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Last week STAT senior writer Matthew Herper wrote a story about a collaboration between Flatiron Health and the Food and Drug Administration, and a vexing topic called real-world evidence, which basically means the integration of types of data beyond clinical trials into the drug approval process. (You can read that story here.)

On Tuesday, Herper held a chat with STAT Plus subscribers. Here is an edited partial transcript (emphasis on partial — subscribers got to go much deeper) on the topic, particularly the area of “synthetic controls,” which Herper called “the biggest idea, the most appealing, and the scariest.” It’s the idea that computer-curated sets of health records could sometimes replace placebo groups. Read on. And if you want to participate in future chats, subscribe to STAT Plus.


Lexi G: How can real world data advance personalized healthcare/precision medicine? Any concrete examples?

We’ve seen three cases where real-world evidence was used in a drug approval — once for a first-time drug approval, and twice for an additional indication, according to Nancy Dreyer, the chief scientific officer at IQVIA, the clinical research organization.

The first-time approval is for Bavencio, the PD-L1 inhibitor developed by Pfizer and Merck KGaA to treat metastatic Merkel cell carcinoma. Data were compared to a historical control of matched patients. Blincyto, from Amgen, received an additional approval for Philadelphia chromosome-negative relapsed and refractory B-cell precursor acute lymphoblastic leukemia based on a single-intervention group trial. The results were compared with historical data from 694 comparable patients extracted from 2,000 patient records in the U.S. and E.U.


Perhaps the most interesting example is Invega Sustenna, the Johnson & Johnson long-acting antipsychotic. This was a pragmatic real-world trial, a randomized trial that used measures that are collected in clinical practice. It showed a six-month delay in relapse for those that got this long-acting injection compared to a basket of seven antipsychotic pills, and the FDA did approve adding to the product’s label.

But we’re still very much in the stage of defining what these tools are and what they mean.

Andrew L: One of the most-discussed use cases of real-world evidence (both in the Flatiron piece and elsewhere) is around use as a “synthetic” control arm to reduce or eliminate the need for placebo or comparator arms in clinical trials. What do you see as the biggest roadblocks to adoption of this use case?

This is the most discussed use case because it’s the biggest idea, the most appealing, and the scariest. There’s a lot of loaded emotion here on both sides, from patient advocates who don’t think cancer patients should ever have to receive placebo to clinical trialists who know from hard experience that only the answers from randomized clinical trials can really be trusted.

Right now we’re seeing synthetic control arms most in cases where there is no control available, and the treatment difference is large. I think we’re going to need a lot more validation before we start augmenting (what Flatiron calls a hybrid control) or replacing the control groups in randomized controlled clinical trials.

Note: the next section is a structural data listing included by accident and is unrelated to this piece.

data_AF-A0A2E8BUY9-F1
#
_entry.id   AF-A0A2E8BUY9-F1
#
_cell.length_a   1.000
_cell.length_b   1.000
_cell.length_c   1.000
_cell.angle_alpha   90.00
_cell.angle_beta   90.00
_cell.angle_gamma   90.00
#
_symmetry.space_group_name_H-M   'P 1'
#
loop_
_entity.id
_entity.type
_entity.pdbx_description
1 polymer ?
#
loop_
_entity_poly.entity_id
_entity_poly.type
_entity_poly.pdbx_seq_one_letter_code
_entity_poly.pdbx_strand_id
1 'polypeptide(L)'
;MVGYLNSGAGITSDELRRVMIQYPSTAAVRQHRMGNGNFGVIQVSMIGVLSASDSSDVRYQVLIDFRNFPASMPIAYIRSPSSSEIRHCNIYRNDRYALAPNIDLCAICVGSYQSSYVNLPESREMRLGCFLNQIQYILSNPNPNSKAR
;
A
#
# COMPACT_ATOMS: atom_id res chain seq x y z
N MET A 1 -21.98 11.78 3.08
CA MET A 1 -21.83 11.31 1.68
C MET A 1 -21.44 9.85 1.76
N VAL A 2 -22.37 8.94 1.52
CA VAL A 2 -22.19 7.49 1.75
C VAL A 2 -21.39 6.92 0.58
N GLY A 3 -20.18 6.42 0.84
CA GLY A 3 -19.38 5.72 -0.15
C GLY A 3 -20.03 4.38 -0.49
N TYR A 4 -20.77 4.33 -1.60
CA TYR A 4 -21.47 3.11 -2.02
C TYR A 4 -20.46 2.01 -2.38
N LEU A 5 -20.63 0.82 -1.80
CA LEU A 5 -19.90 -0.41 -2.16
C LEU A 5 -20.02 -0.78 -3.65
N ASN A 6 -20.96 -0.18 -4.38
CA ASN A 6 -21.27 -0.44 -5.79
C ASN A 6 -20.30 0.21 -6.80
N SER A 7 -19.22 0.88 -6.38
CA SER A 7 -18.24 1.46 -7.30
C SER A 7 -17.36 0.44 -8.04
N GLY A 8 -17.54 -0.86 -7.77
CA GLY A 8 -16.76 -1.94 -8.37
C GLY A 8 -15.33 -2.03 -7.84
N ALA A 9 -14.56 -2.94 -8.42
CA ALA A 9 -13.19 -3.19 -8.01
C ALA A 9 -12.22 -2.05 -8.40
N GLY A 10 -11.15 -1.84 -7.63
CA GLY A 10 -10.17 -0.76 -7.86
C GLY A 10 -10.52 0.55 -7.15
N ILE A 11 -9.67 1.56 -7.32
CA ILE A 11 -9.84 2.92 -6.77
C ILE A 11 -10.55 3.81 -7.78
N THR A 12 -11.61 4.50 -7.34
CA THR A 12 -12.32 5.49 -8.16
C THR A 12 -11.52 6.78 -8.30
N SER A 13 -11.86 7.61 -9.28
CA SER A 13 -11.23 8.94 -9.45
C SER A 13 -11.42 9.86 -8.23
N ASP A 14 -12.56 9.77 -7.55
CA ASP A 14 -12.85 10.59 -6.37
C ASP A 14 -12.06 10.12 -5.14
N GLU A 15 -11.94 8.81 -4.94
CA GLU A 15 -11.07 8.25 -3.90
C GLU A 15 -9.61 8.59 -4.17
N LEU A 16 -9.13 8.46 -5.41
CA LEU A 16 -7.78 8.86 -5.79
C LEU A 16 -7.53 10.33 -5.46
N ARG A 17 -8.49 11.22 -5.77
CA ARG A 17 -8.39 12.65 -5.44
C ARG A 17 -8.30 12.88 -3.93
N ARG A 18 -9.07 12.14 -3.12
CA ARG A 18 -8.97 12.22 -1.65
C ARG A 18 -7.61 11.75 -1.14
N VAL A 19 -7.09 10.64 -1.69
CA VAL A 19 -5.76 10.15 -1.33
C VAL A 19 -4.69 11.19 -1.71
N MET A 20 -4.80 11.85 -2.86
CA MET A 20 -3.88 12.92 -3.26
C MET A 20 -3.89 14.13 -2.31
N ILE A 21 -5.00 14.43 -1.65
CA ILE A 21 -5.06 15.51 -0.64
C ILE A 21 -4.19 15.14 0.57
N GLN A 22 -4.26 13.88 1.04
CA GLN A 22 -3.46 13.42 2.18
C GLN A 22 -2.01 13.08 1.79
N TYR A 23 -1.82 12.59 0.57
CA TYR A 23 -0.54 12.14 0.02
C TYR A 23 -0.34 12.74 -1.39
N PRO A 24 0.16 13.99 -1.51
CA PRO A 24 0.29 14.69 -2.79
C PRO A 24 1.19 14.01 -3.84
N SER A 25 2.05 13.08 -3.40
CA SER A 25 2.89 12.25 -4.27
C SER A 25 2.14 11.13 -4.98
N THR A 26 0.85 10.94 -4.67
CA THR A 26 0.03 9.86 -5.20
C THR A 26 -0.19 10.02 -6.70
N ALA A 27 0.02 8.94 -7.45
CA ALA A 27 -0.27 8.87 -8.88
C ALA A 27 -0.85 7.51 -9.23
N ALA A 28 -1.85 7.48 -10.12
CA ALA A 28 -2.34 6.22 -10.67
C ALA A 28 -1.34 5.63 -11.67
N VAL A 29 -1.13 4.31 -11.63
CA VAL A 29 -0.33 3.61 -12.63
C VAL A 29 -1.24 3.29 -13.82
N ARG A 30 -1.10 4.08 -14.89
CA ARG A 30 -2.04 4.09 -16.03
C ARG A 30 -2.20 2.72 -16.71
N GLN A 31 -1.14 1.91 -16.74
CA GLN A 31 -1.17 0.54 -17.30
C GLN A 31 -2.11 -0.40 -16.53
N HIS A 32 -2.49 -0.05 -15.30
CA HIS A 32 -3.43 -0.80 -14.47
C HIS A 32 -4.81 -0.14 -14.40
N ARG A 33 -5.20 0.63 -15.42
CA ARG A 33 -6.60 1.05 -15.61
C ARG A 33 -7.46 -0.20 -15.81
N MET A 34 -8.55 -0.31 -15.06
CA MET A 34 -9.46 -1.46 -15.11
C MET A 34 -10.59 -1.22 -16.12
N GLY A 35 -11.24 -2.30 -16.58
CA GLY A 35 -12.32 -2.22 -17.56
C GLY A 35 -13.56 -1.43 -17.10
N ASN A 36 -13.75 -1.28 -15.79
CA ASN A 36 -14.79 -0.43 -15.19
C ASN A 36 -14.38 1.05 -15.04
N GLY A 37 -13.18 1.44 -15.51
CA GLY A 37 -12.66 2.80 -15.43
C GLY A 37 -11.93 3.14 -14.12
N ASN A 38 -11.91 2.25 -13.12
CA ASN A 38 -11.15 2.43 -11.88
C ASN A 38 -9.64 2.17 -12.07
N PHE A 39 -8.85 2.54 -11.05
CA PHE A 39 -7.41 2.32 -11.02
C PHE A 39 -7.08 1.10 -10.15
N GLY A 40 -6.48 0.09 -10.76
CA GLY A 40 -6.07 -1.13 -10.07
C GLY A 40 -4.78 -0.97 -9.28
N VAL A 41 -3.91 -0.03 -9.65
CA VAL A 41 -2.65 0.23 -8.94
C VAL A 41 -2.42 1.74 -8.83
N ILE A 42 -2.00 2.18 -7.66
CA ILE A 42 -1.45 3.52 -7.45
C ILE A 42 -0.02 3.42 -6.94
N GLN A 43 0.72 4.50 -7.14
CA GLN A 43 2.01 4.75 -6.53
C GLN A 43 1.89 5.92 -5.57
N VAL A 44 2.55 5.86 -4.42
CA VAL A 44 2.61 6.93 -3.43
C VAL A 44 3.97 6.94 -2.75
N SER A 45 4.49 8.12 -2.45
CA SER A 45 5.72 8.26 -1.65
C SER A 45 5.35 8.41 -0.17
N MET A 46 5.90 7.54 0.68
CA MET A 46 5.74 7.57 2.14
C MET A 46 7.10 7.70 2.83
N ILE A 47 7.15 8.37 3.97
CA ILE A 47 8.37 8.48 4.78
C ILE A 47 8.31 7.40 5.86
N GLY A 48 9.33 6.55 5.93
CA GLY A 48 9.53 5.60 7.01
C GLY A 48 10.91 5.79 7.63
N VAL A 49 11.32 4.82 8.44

One of the biggest questions I have is how, if we move to a “synthetic” control world, we’ll know if the system breaks.

It’s also important to emphasize: Researchers and the FDA are making a distinction between purely synthetic controls and those constructed from contemporaneous data. This is confusing, because most critics of synthetic controls don’t make this distinction, and are usually referring to controls constructed from contemporaneous data.

Jason C: How do companies like FlatIron obtain electronic medical records? And what ability to patients have to either consent or deny their records be used as part of this ‘real world evidence’? Is there a bias introduced in who may or may not consent?

Flatiron owns an EHR company, which is widely used by community oncologists. Patients have the ability to opt-out of having their data or records used. It’s a very fair question to ask whether patients know this or what the right informed consent process would be.

Most patients consent. Also, there may be biases that are lost by patients not enrolling in a study and getting placebo. Is there a benefit to being in a clinical trial? If so, will a control arm constructed from EHR data be worse than what happens in a placebo group?  We need answers to ALL these questions, and we need to make sure we’ve fully considered the privacy issues as this becomes a bigger deal.

Thomas J: Is the FDA really going to use this to approve drugs? Front office all talking about it but when you ask any staffers they think it’s statistical bs.

This is the big question, isn’t it? I certainly think we’re going to see real-world evidence used for new indications before it’s used for new drug applications, and as supporting evidence before it’s accepted as a pivotal trial.

One really obvious place to use RWE in oncology is in approvals that use single-arm trials and response rates, where right now there is no comparator. Would knowing how survival, progression-free survival, overall response rate and complete response rate compared to a matched control from the same time period help? Maybe. Even there, there’s going to have to be a lot more validation, because reviewers and outside experts are going to wonder what the heck they’re looking at.

And that’s going to be the big issue, especially in cases (like oncology) where there may only be one source of data (say, Flatiron). Really, the use of real-world data is going to depend on a whole ecosystem of technologies developing that complement and support each other.

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